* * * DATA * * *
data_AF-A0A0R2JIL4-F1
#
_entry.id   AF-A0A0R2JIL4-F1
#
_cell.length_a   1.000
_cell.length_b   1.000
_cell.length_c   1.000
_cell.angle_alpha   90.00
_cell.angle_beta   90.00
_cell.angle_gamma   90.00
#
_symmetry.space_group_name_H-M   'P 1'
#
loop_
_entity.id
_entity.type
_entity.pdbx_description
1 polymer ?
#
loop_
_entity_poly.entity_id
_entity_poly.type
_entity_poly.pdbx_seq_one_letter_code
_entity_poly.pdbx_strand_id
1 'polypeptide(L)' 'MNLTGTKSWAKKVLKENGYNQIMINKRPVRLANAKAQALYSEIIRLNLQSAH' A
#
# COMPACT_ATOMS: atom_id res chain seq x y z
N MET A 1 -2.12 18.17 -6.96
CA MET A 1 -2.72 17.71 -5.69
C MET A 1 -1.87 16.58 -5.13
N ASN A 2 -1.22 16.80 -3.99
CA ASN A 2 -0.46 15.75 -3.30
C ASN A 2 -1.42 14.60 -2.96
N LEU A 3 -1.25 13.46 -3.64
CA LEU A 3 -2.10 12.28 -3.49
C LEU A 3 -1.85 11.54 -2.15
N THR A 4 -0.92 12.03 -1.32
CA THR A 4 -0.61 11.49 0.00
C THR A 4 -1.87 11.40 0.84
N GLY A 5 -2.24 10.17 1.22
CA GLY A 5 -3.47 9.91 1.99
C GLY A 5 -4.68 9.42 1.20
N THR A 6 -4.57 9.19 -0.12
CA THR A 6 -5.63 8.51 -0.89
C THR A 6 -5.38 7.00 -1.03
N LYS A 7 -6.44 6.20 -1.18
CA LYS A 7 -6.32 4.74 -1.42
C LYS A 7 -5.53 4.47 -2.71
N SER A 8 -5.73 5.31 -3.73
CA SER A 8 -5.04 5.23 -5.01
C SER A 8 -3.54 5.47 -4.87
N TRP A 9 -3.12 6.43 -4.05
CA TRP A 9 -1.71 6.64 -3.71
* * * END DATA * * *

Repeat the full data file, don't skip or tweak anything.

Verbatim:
data_AF-A0A0R2JIL4-F1
#
_entry.id   AF-A0A0R2JIL4-F1
#
_cell.length_a   1.000
_cell.length_b   1.000
_cell.length_c   1.000
_cell.angle_alpha   90.00
_cell.angle_beta   90.00
_cell.angle_gamma   90.00
#
_symmetry.space_group_name_H-M   'P 1'
#
loop_
_entity.id
_entity.type
_entity.pdbx_description
1 polymer ?
#
loop_
_entity_poly.entity_id
_entity_poly.type
_entity_poly.pdbx_seq_one_letter_code
_entity_poly.pdbx_strand_id
1 'polypeptide(L)' 'MNLTGTKSWAKKVLKENGYNQIMINKRPVRLANAKAQALYSEIIRLNLQSAH' A
#
# COMPACT_ATOMS: atom_id res chain seq x y z
N MET A 1 -2.12 18.17 -6.96
CA MET A 1 -2.72 17.71 -5.69
C MET A 1 -1.87 16.58 -5.13
N ASN A 2 -1.22 16.80 -3.99
CA ASN A 2 -0.46 15.75 -3.30
C ASN A 2 -1.42 14.60 -2.96
N LEU A 3 -1.25 13.46 -3.64
CA LEU A 3 -2.10 12.28 -3.49
C LEU A 3 -1.85 11.54 -2.15
N THR A 4 -0.92 12.03 -1.32
CA THR A 4 -0.61 11.49 0.00
C THR A 4 -1.87 11.40 0.84
N GLY A 5 -2.24 10.17 1.22
CA GLY A 5 -3.47 9.91 1.99
C GLY A 5 -4.68 9.42 1.20
N THR A 6 -4.57 9.19 -0.12
CA THR A 6 -5.63 8.51 -0.89
C THR A 6 -5.38 7.00 -1.03
N LYS A 7 -6.44 6.20 -1.18
CA LYS A 7 -6.32 4.74 -1.42
C LYS A 7 -5.53 4.47 -2.71
N SER A 8 -5.73 5.31 -3.73
CA SER A 8 -5.04 5.23 -5.01
C SER A 8 -3.54 5.47 -4.87
N TRP A 9 -3.12 6.43 -4.05
CA TRP A 9 -1.71 6.64 -3.71